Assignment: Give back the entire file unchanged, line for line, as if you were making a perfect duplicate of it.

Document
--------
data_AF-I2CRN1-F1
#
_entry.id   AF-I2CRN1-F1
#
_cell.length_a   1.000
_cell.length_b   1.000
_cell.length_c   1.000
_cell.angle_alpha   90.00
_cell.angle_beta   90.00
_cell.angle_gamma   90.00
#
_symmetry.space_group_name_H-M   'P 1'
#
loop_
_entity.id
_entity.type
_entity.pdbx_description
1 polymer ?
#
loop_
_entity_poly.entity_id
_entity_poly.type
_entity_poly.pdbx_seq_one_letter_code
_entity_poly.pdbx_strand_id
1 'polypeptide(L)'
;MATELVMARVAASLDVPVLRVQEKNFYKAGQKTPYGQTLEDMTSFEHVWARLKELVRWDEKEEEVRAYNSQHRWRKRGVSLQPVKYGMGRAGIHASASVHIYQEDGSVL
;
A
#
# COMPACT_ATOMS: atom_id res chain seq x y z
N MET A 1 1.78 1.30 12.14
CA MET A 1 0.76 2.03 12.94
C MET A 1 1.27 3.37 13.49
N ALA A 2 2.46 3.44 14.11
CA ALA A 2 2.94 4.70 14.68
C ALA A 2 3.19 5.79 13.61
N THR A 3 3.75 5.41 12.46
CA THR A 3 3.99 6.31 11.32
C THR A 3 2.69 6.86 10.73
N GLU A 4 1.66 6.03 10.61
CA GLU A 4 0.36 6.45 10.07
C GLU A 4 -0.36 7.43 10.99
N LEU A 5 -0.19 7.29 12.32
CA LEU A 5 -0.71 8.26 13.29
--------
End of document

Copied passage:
data_AF-I2CRN1-F1
#
_entry.id   AF-I2CRN1-F1
#
_cell.length_a   1.000
_cell.length_b   1.000
_cell.length_c   1.000
_cell.angle_alpha   90.00
_cell.angle_beta   90.00
_cell.angle_gamma   90.00
#
_symmetry.space_group_name_H-M   'P 1'
#
loop_
_entity.id
_entity.type
_entity.pdbx_description
1 polymer ?
#
loop_
_entity_poly.entity_id
_entity_poly.type
_entity_poly.pdbx_seq_one_letter_code
_entity_poly.pdbx_strand_id
1 'polypeptide(L)'
;MATELVMARVAASLDVPVLRVQEKNFYKAGQKTPYGQTLEDMTSFEHVWARLKELVRWDEKEEEVRAYNSQHRWRKRGVSLQPVKYGMGRAGIHASASVHIYQEDGSVL
;
A
#
# COMPACT_ATOMS: atom_id res chain seq x y z
N MET A 1 1.78 1.30 12.14
CA MET A 1 0.76 2.03 12.94
C MET A 1 1.27 3.37 13.49
N ALA A 2 2.46 3.44 14.11
CA ALA A 2 2.94 4.70 14.68
C ALA A 2 3.19 5.79 13.61
N THR A 3 3.75 5.41 12.46
CA THR A 3 3.99 6.31 11.32
C THR A 3 2.69 6.86 10.73
N GLU A 4 1.66 6.03 10.61
CA GLU A 4 0.36 6.45 10.07
C GLU A 4 -0.36 7.43 10.99
N LEU A 5 -0.19 7.29 12.32
CA LEU A 5 -0.71 8.26 13.29